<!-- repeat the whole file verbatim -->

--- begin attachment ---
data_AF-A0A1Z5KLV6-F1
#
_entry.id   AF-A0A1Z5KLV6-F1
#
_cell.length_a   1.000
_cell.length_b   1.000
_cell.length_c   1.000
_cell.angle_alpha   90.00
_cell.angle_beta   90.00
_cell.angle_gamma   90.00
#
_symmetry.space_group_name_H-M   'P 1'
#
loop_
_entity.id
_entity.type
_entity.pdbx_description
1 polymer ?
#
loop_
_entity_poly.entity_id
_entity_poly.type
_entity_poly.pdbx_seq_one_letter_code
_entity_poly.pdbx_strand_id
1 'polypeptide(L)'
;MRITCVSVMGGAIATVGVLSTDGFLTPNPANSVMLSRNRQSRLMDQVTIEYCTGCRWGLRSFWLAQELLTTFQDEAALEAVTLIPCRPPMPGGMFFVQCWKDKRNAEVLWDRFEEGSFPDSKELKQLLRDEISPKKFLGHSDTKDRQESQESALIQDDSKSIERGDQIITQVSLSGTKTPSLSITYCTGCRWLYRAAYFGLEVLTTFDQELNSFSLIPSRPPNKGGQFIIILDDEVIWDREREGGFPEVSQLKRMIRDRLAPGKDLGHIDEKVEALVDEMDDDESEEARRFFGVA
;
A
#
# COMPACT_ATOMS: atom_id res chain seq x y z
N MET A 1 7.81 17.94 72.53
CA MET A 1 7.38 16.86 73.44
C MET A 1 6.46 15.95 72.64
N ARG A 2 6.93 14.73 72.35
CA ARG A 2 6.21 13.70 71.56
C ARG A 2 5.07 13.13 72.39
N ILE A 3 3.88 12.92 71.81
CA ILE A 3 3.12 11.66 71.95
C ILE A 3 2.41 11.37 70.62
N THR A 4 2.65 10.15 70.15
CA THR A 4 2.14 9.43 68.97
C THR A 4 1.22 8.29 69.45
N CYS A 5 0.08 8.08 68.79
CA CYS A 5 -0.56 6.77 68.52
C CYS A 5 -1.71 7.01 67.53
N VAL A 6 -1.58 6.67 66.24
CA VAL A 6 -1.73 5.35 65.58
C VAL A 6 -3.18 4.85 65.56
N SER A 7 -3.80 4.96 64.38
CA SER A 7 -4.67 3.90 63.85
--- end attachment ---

data_AF-A0A1Z5KLV6-F1
#
_entry.id   AF-A0A1Z5KLV6-F1
#
_cell.length_a   1.000
_cell.length_b   1.000
_cell.length_c   1.000
_cell.angle_alpha   90.00
_cell.angle_beta   90.00
_cell.angle_gamma   90.00
#
_symmetry.space_group_name_H-M   'P 1'
#
loop_
_entity.id
_entity.type
_entity.pdbx_description
1 polymer ?
#
loop_
_entity_poly.entity_id
_entity_poly.type
_entity_poly.pdbx_seq_one_letter_code
_entity_poly.pdbx_strand_id
1 'polypeptide(L)'
;MRITCVSVMGGAIATVGVLSTDGFLTPNPANSVMLSRNRQSRLMDQVTIEYCTGCRWGLRSFWLAQELLTTFQDEAALEAVTLIPCRPPMPGGMFFVQCWKDKRNAEVLWDRFEEGSFPDSKELKQLLRDEISPKKFLGHSDTKDRQESQESALIQDDSKSIERGDQIITQVSLSGTKTPSLSITYCTGCRWLYRAAYFGLEVLTTFDQELNSFSLIPSRPPNKGGQFIIILDDEVIWDREREGGFPEVSQLKRMIRDRLAPGKDLGHIDEKVEALVDEMDDDESEEARRFFGVA
;
A
#
# COMPACT_ATOMS: atom_id res chain seq x y z
N MET A 1 7.81 17.94 72.53
CA MET A 1 7.38 16.86 73.44
C MET A 1 6.46 15.95 72.64
N ARG A 2 6.93 14.73 72.35
CA ARG A 2 6.21 13.70 71.56
C ARG A 2 5.07 13.13 72.39
N ILE A 3 3.88 12.92 71.81
CA ILE A 3 3.12 11.66 71.95
C ILE A 3 2.41 11.37 70.62
N THR A 4 2.65 10.15 70.15
CA THR A 4 2.14 9.43 68.97
C THR A 4 1.22 8.29 69.45
N CYS A 5 0.08 8.08 68.79
CA CYS A 5 -0.56 6.77 68.52
C CYS A 5 -1.71 7.01 67.53
N VAL A 6 -1.58 6.67 66.24
CA VAL A 6 -1.73 5.35 65.58
C VAL A 6 -3.18 4.85 65.56
N SER A 7 -3.80 4.96 64.38
CA SER A 7 -4.67 3.90 63.85